Cover Letter / December 21, 2018 / Malinda Cobb
It highlights the company you worked for the position you had and the location of employment. Under each entry you then can add details about your employment such as accomplishments and responsibilities. One common question I am asked is how to handle promotions. Each promotion should be entered as a NEW entry with an update on the job title and focus on additional accomplishments and responsibilities. The most important concept to remember if you are using a "professional" resume format is that the additional "details" should ideally be focused on the job your applying for! This means you should have multiple copies of your resume as you emphasize different accomplishments and responsibilities based on the job description of the job your applying for. The 2nd most used resume writing format is the "skills" format. In this resume writing format the layout is similar to the chronological but rather than focusing on job history the layout focuses on skills and accomplishments. This resume format is best used by individuals who are making a transition in employment where the jobs are quite different however the skill sets are still applicable. The overwhelming emphasis on the "skills" format is results. It is not enough to simply say "Sales" with no explanation of why thats a proven skill set.
Each entry MUST be followed up with verifiable evidence that you indeed have practical knowledge and application of the stated skill. So ... how do you know which resume format to use? This ultimately depends on the job you are applying for previous work history and skills. A simple rule of thumb is if the job you are applying for is similar to other jobs you have had in the past you can use the "professional" format. If the job your applying for is not similar to other jobs you have had in the past you may want to use the "skills" format. Regardless of which you ultimately end up using writing a draft of your resume in each helps you focus on results and skills that future employers are looking for. Previously I never really thought much about resume formats but one day I realized having periods of unemployment on my resume may be costing me interview opportunities. To take the focus off of these gaps in my employment history I wanted to design my resume so the focus is on the skills I have and how I have applied them successfully in my career. I found out there was a functional resume format which does just what I was looking for. I am certainly not the only one out there who is frustrated with standard formats for resumes and feels as though these do not work well for them. Many of these people get discouraged when they review their own resumes and wind up not applying for jobs they really want just because they feel their resume is not strong enough. I was one of these people and routinely avoided applying for certain jobs because I was not happy with my resume but then I learned different formats could really improve my resume.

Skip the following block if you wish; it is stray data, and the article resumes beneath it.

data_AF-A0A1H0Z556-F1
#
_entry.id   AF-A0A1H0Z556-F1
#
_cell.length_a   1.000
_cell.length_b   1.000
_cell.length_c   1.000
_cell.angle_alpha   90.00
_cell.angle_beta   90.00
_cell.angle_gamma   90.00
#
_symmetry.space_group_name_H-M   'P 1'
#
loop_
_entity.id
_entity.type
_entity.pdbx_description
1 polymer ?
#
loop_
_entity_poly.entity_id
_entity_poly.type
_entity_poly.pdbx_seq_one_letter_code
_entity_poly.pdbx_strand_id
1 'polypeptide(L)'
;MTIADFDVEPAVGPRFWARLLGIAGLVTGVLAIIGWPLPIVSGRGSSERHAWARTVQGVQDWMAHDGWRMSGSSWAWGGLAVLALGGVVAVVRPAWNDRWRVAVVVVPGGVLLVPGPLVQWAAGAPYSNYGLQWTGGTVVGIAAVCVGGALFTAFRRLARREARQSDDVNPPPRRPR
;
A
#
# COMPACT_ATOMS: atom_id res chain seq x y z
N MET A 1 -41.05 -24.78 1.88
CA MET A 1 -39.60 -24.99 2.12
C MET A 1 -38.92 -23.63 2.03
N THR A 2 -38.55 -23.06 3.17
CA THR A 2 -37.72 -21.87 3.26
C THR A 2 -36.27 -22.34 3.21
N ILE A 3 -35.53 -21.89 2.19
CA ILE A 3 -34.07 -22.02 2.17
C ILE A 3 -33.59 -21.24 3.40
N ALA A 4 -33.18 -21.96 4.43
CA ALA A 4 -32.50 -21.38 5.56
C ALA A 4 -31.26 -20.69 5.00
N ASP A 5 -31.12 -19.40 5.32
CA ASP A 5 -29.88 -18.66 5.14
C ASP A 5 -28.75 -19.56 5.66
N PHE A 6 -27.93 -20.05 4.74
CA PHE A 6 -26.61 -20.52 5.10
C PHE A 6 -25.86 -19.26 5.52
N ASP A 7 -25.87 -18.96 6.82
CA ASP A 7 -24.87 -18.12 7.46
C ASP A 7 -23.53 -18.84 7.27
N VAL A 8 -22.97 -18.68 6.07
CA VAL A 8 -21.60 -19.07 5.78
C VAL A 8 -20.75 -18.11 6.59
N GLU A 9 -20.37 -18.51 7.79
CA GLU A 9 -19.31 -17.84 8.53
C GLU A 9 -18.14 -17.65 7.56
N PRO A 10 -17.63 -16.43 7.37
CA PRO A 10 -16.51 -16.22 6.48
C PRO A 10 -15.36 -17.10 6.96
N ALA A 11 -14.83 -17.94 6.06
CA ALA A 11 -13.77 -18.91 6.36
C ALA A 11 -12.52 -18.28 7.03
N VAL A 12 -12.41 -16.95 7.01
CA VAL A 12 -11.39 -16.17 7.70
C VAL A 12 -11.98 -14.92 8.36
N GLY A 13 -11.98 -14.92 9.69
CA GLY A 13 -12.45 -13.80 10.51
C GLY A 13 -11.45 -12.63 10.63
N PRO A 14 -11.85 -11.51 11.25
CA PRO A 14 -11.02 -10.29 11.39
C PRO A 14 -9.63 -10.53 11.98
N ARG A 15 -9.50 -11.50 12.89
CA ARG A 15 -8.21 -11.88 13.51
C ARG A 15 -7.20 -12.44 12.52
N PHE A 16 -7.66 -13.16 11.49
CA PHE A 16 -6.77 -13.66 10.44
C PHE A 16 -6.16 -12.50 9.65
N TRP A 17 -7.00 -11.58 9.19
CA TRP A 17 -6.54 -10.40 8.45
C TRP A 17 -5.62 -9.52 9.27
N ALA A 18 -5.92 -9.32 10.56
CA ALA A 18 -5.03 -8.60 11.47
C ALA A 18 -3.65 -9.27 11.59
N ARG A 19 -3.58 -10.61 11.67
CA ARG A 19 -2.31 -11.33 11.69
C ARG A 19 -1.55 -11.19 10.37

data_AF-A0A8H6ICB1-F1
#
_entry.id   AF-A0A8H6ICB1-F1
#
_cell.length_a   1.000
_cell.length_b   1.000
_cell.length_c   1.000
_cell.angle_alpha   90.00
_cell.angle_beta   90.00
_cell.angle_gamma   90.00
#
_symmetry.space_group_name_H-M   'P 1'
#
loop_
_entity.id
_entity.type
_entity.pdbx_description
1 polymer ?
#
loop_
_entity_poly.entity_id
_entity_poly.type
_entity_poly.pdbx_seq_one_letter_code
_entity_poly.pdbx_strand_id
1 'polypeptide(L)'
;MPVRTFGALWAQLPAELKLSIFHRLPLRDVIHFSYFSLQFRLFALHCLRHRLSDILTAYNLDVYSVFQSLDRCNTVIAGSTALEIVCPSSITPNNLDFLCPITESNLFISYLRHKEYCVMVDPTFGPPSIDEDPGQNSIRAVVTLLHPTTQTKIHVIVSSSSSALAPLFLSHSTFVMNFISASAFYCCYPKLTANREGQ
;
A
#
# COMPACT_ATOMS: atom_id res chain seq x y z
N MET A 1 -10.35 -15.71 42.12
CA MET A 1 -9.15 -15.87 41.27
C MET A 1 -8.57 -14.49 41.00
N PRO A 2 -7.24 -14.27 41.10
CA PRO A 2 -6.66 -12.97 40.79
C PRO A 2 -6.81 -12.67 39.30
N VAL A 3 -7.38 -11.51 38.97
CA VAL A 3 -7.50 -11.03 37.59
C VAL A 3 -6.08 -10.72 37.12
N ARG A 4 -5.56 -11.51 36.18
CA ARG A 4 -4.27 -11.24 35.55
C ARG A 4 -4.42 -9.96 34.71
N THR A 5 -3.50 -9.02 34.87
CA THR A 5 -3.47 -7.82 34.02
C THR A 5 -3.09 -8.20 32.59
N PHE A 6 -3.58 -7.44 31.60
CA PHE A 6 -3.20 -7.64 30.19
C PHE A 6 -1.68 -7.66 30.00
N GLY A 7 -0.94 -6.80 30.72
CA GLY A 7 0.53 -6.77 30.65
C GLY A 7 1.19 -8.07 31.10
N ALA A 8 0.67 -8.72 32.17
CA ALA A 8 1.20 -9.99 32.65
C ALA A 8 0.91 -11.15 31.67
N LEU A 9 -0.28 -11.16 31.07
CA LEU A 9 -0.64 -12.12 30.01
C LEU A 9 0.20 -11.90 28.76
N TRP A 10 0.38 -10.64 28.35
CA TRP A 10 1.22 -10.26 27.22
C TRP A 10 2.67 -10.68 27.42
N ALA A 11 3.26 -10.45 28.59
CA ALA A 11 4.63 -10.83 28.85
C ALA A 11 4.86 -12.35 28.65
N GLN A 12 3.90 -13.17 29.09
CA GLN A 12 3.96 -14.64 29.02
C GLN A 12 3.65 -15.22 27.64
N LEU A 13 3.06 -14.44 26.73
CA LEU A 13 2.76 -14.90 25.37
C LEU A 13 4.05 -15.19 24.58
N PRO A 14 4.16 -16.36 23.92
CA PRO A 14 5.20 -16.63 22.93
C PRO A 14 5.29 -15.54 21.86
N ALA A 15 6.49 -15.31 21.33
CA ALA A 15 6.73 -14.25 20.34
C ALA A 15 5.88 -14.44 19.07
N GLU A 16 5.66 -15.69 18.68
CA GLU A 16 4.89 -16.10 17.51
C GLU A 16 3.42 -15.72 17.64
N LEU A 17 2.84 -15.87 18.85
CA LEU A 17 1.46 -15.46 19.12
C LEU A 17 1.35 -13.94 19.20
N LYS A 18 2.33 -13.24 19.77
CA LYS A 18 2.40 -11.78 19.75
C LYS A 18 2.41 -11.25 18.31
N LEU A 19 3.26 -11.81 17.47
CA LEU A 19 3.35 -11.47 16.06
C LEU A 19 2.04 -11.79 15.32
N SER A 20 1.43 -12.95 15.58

If this applies to you then you may be more interested in the next format. Functional Resume The functional resume places a heavy emphasis on skills and abilities. If you have a very strong skill-set however you lack a solid work history you may want to consider the functional format. By drawing the employers attention to your strong set of relevant skills your lack of a solid work history becomes of secondary importance. Did you notice I said relevant skills? By relevant I mean of course those skills that directly apply to the job position the employer is trying to fill. If would do little good for you to be the best chef in the world and write a resume for a job as an auto mechanic. Your skills simply would be irrelevant in such a case. Finally lets take a look at the third of the top resume formats.